Ewan (here) provides me the necessary slap upside the head, thereby preventing a personality shift from stiff-necked defender of the faith to agreeable, reasonable interlocutor. Thanks, I needed that. My recognition that Alex C (and Thomas G) had reasonable points to make in the context of our discussion, had stopped me from thinking through what I take the responsibilities of formalizations to consist in. I will try to remedy this a bit now.
Here’s the question: what makes for a good formalization. My answer: a good formalization renders perspicuous the intended interpretation of the theory that it is formalizing. In other words, a good formalization (among other things) clarifies vagaries that, though not (necessarily) particularly relevant in theoretical practice, constitute areas where understanding is incomplete. A good formalization, therefore, consults the theoretical practice of interest and aims to rationalize it through formal exposition. Thus formalizing theoretical practice can have several kinds of consequences. Here are three (I’m sure there are others): it might reveal that a practice faces serious problems of one kind or another due to implicit features of its practice (see Berwick’s note here) (or even possible inconsistency (think Russell on Frege’s program)), or it might lay deeper foundations (and so set new questions) for a practice that is vibrant and healthy (think Hilbert on Geometry), or it may attempt to clarify the conceptual bases of a widespread practice (think Frege and Russell/Whitehead on the foundations of arithmetic). At any rate, on this conception, it is always legit to ask if the formalization has in fact captured the practice accurately. Formalizations are judged against the accuracy of their depictions of the theory of interest, not vice versa.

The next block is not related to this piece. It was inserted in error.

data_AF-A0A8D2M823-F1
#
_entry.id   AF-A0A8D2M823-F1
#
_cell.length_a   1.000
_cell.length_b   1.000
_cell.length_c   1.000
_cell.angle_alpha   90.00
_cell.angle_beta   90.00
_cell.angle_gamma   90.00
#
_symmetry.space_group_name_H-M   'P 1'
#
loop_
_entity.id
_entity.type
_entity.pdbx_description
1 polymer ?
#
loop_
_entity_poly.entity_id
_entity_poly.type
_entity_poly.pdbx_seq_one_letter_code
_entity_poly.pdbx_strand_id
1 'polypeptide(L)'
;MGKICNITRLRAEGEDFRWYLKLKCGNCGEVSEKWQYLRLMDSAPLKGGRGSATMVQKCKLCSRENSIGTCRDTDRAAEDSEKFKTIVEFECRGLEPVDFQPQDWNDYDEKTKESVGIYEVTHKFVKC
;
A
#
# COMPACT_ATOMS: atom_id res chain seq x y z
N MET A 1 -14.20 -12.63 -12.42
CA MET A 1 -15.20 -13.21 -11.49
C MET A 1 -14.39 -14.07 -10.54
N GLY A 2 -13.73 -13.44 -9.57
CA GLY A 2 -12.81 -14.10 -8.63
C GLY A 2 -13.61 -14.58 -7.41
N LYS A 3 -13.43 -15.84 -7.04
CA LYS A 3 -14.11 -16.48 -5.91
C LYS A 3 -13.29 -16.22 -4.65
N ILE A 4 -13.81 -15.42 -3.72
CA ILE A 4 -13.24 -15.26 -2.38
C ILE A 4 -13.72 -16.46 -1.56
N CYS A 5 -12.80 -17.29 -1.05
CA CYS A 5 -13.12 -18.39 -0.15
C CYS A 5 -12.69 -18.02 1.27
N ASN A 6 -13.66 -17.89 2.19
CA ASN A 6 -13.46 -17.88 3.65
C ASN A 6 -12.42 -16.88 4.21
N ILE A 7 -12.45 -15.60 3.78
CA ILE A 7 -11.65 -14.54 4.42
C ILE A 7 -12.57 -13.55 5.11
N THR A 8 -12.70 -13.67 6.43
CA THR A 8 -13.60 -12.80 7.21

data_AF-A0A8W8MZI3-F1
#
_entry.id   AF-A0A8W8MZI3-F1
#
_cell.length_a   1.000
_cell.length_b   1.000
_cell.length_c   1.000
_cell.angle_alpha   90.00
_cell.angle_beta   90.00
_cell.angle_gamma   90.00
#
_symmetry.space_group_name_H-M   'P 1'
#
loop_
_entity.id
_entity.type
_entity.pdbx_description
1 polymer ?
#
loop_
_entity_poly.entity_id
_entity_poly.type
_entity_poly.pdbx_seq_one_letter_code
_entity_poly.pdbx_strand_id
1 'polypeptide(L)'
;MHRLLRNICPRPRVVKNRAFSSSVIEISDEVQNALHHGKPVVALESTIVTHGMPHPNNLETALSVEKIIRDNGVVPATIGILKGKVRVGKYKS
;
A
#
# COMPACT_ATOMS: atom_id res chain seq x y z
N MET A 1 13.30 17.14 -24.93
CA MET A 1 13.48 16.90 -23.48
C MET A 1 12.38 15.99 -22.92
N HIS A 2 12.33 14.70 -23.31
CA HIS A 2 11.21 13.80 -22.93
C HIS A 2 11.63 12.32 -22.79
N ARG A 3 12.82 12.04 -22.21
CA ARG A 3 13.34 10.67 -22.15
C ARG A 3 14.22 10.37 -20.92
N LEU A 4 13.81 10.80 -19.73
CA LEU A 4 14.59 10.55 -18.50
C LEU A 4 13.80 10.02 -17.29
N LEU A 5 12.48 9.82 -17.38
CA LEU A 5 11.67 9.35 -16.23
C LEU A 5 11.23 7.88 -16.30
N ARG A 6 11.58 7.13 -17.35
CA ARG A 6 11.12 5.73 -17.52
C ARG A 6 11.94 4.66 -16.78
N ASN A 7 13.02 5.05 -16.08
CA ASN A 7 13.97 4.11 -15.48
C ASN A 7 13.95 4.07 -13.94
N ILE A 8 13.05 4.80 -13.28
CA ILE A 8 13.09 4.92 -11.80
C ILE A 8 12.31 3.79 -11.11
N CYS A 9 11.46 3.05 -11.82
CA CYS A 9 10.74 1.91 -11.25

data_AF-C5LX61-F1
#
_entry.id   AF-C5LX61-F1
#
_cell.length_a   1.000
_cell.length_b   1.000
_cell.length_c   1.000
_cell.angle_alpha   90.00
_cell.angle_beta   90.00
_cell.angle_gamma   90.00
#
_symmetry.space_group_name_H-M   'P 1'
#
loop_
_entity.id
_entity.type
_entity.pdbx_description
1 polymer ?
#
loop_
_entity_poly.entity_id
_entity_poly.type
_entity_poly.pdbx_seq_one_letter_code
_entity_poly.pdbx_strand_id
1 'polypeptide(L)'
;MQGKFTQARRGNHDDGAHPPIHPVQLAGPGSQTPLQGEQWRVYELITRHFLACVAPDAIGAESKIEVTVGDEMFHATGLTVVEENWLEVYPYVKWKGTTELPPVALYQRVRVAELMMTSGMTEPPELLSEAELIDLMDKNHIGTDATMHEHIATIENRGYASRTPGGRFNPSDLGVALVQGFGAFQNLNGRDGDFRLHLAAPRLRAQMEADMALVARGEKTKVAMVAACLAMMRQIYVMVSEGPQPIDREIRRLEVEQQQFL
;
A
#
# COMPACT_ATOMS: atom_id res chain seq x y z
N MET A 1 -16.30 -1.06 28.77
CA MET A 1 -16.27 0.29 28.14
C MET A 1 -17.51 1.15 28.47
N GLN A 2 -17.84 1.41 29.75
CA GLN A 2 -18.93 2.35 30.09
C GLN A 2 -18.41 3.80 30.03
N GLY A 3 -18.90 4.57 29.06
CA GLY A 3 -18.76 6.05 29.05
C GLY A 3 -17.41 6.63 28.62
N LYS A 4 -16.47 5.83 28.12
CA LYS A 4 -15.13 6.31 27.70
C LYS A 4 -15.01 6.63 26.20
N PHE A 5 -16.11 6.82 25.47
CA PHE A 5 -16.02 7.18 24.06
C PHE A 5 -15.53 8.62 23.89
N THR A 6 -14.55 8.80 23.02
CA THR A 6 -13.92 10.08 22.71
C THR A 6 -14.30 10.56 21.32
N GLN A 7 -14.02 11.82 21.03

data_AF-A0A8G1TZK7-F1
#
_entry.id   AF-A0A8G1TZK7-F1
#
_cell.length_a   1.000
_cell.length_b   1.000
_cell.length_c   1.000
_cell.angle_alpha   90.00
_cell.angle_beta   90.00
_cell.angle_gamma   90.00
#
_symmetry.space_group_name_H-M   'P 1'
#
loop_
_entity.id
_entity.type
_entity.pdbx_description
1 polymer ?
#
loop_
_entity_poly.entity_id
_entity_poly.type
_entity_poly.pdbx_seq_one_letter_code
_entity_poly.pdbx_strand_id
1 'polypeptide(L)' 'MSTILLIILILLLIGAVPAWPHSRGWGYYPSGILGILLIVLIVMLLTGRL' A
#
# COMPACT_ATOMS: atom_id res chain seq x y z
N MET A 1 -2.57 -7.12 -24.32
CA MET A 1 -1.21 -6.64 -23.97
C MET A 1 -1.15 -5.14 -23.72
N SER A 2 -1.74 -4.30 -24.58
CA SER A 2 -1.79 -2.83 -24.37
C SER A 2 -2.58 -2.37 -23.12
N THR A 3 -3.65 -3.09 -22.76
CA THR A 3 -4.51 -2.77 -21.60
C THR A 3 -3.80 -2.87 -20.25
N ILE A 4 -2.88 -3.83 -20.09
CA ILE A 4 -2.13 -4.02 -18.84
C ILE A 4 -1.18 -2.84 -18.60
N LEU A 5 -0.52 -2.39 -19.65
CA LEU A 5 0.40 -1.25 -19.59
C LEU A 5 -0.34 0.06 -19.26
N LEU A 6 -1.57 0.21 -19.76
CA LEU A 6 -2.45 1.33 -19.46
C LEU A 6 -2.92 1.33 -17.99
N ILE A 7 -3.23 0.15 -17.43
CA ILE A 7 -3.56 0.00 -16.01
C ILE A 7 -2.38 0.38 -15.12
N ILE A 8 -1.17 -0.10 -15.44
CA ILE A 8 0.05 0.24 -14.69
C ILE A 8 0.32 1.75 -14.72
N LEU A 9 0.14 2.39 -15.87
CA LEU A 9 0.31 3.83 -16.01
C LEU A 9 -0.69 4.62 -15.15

Now rendering the intended interpretation of a practice is not at all easy. The reason is that most practices (at least in the sciences) consist of a pretty well articulated body of doctrine (a relatively explicit theoretical tradition) and an oral tradition. This is as true for the Minimalist Program (MP) as for any other empirical practice. The explicit tradition involves the rules (e.g. Merge) and restrictions on them (e.g. Shortest Attract/Move, Subjacency). The oral tradition includes (partially inchoate) assumptions about what the class of admissible features are, what a lexical item is, how to draw the functional/lexical distinction, how to understand thematic notions like ‘agent,’ ‘theme,’ etc. The written tradition relies on the oral one to launch explanations: e.g. thematic roles are used by UTAH to project vP structure, which in turn feeds into a specification of the class of licit dependencies as described by the rules and the conditions on them. Now in general, the inchoate assumptions of the oral tradition are good enough to serve various explanatory ends, for there is wide agreement on how they are to be applied in practice. So for example, in the thread to A Cute Example (here) what I (and, I believe David A) found hard to understand in Alex C’s remarks revolved around how he was conceptualizing the class of possible features. Thomas G came to the rescue and explained what kinds of features Alex C likely had in mind: